Genome-wide survey of cold stress regulated alternative splicing in Arabidopsis thaliana
ABSTRACT: Alternative splicing plays a major role in expanding the potential informational content of eukaryotic genomes. It is an important post-transcriptional regulatory mechanism that can increase protein diversity and affect mRNA stability. Cold stress, which adversely affects plants growth and development, regulates the transcription and splicing of plants splicing factors. This affects the pre-mRNA processing of many genes. To identify cold regulated alternative splicing we applied Affymetrix Arabidopsis tiling arrays to survey the transcriptome under cold treatment conditions. Two-week old Arabidopsis seedlings grown on agar were subjected to 24 hours of cold (4°C) treatment under long day conditions. Control and cold-treated plants were harvested at the same time to ensure that observed differences would not be due to circadian clock effects on transcripts. Total RNA from four biological repeats were used for microarray hybridization.
Project description:St (common potato) is a freezing sensitive species unable to cold acclimate. The close wild relative Sc is freezing tolerant and able to cold acclimate. Here we compare the cold transcriptome of these two species with different levels of freezing tolerance. We also identify the putative CBF regulons by comparing the transcriptomes of wild type plants with that of 35S::AtCBF3 transgenic lines in both species. Plants were grown in 16:8 photoperiod. Eight hours after dawn, plants were either transfered to cold or kept in the warn. Wild type S. tuberosum and S. commersonii were grown at 2oC for 2h, 24h and 7 days. Wild type plants grown under warm temperatures for 2h was used as control for 2h cold samples; wild type warm grown plants for 24h were used as controls for 24h and 7 days cold samples. Under warm conditions, S. commersonii 35S::AtCBF3 lines were compared to S. commersonii wild type plants (same thing was done for S. tuberosum).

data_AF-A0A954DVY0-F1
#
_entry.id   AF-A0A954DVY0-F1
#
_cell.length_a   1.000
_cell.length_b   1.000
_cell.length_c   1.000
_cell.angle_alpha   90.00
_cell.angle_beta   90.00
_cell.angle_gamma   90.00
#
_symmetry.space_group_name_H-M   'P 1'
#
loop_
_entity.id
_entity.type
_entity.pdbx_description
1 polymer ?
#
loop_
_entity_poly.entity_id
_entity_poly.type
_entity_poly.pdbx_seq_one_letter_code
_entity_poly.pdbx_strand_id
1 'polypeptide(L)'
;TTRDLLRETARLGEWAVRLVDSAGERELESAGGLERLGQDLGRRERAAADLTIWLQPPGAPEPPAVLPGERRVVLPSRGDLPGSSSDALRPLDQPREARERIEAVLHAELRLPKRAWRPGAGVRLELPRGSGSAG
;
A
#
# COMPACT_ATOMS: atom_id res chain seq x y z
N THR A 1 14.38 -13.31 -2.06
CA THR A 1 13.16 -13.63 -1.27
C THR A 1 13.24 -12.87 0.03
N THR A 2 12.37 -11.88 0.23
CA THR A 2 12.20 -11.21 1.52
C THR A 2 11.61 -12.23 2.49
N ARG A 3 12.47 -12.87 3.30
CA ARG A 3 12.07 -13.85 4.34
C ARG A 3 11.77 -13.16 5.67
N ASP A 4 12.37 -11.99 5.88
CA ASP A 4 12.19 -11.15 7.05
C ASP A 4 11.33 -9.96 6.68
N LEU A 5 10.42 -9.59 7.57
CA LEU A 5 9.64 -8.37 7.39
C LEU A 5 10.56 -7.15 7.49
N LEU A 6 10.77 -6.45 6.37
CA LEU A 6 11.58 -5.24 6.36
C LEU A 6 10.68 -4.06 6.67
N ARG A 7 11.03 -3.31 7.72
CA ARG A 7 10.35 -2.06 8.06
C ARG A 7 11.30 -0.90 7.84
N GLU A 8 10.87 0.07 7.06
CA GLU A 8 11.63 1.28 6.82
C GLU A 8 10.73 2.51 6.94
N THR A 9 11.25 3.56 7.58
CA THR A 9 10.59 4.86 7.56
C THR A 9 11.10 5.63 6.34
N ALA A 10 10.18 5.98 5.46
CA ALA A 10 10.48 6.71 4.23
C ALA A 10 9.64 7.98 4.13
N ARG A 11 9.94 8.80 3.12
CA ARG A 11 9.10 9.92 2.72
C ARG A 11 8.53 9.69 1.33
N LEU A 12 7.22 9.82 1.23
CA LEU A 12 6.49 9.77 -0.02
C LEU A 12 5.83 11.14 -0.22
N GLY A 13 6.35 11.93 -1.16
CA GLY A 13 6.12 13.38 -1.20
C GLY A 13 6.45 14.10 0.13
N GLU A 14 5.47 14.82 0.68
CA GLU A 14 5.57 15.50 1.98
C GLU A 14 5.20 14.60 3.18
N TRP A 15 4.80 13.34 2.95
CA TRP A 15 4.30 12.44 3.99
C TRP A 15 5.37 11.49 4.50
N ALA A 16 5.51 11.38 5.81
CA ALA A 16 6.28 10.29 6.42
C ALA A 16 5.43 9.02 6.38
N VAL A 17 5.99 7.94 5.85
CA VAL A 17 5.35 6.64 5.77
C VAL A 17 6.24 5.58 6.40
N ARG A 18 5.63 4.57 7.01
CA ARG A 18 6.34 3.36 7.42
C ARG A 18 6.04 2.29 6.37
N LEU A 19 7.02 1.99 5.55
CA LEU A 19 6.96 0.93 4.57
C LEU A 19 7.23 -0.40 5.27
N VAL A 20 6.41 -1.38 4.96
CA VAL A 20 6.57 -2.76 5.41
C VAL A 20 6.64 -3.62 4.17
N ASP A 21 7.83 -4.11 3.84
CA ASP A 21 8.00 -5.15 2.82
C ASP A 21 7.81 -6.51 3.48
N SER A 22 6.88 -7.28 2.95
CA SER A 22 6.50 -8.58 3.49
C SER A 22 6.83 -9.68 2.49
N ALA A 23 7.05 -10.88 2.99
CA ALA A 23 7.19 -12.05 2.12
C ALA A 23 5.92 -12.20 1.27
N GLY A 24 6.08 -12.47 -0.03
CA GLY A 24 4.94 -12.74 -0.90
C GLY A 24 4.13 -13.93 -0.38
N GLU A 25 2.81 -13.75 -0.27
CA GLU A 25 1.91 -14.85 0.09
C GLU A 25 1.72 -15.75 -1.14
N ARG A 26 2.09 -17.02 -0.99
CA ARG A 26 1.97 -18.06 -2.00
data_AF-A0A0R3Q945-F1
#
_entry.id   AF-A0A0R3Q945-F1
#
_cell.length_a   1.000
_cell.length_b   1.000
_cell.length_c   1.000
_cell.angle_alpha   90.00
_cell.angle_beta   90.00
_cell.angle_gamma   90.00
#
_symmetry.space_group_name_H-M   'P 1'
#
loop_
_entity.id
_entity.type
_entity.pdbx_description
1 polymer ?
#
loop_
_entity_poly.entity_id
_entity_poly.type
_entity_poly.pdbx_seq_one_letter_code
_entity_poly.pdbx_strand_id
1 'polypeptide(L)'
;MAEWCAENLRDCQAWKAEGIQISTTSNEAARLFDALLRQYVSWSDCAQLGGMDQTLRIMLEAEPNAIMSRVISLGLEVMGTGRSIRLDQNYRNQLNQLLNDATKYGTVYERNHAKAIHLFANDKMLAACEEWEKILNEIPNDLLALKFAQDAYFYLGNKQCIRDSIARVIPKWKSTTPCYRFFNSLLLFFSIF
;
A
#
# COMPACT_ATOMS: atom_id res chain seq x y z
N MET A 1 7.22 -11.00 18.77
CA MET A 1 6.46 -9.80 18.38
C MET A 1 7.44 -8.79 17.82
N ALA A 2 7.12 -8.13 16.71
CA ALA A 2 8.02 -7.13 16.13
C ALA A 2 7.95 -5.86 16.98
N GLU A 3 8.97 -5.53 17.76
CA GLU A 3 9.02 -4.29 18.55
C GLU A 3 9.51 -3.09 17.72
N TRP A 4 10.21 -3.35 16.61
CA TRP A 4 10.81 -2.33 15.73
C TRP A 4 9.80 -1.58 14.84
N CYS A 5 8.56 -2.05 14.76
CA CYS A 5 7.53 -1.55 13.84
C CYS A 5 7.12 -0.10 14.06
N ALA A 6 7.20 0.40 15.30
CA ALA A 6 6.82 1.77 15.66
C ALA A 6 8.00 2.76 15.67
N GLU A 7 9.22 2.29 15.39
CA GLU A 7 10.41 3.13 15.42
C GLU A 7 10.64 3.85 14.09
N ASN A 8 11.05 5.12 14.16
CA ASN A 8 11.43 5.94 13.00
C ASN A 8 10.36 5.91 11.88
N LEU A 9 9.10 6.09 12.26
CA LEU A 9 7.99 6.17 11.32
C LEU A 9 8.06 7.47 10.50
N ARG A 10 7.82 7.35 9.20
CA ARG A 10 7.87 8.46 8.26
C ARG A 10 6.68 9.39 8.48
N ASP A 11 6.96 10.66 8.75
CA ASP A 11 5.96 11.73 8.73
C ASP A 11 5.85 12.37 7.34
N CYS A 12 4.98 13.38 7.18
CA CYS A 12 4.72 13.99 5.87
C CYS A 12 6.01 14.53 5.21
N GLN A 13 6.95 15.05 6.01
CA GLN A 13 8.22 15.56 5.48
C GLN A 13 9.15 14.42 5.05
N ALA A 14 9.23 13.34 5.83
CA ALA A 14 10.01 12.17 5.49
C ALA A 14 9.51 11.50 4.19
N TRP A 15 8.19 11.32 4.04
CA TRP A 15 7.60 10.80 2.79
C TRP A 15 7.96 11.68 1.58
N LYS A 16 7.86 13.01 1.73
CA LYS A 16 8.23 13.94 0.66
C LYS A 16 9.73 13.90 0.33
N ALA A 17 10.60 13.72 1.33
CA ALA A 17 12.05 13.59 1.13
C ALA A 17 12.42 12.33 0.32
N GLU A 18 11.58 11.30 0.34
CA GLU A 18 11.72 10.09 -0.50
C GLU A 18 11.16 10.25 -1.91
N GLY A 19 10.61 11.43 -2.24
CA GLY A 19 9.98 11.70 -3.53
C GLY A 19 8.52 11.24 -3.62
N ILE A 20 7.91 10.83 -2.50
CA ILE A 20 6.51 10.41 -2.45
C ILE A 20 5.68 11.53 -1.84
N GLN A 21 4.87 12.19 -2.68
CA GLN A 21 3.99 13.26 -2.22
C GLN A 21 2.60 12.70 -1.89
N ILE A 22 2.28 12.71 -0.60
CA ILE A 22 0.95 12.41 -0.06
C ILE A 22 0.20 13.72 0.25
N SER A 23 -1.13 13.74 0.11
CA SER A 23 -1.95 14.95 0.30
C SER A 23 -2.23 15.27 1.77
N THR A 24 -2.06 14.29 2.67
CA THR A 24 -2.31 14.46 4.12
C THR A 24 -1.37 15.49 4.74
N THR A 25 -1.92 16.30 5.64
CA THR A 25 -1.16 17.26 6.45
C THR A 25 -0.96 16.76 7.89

Project description:Stress acclimation is an effective mechanism that plants acquired for adaption to dynamic environmental conditions. After undergoing cold acclimation, plants become more tolerant to cold stress. In order to understand the mechanism of cold acclimation, we performed a systematic, comprehensive study of cold response and acclimation in Cassava (Manihot esculenta), a staple crop and major food source in the tropical regions of the world. We profiled mRNA genes and small-RNA species, using next generation sequencing, and performed an integrative analysis of the transcriptome and microRNAome of Cassava across the normal condition, a moderate cold stress at 14°C, a harsh stress at 4°C after cold acclimation at 14°C, and a cold shock from 24°C to 4°C. Two results from the analysis were striking. First, the moderate stress and cold shock, despite a difference of 10°C between the two, triggered comparable degrees of perturbation to the transcriptome; in contrary, further harsh stress after cold acclimation resulted in a much smaller degree of transcriptome variation. Second and more importantly, about two thirds of the up- or down-regulated genes after moderate stress reversed their expression to down- or up-regulation, respectively, under harsh stress after cold acclimation, resulting in a genome-wide rewiring of regulatory networks. MicroRNAs, which are key post-transcriptional gene regulators, were major players in this massive rewiring of genetic circuitry. Further, a function enrichment analysis of the perturbed genes revealed that cold acclimation helped the plant to develop immunity to further harsh stress by exclusively inducing genes with functions of nutrient reservoir; in contrast, many genes with functions of viral reproduction were induced by cold shock. Our study revealed, for the first time, the molecular basis of stress acclimation in plants, and shed lights on the role of microRNA gene regulation in cold response and acclimation in Euphorbia. Three organs/tissues (folded leaf, fully expanded leaf and roots) of Cassava cultivar SC124 harvested at 6h, 24h and 5d for three cold treatments of CA, CCA and CS, for gene expression profiling at the stages of initial response, secondary response, and functional adaption to cold stresses. Total RNA of each sample was isolated individually, and then pooled with an equal amount from each sample into one for profiling. As a result, four mRNA libraries and four small-RNA libraries, corresponding to the conditions of CA, CCA, CS and NC, were constructed.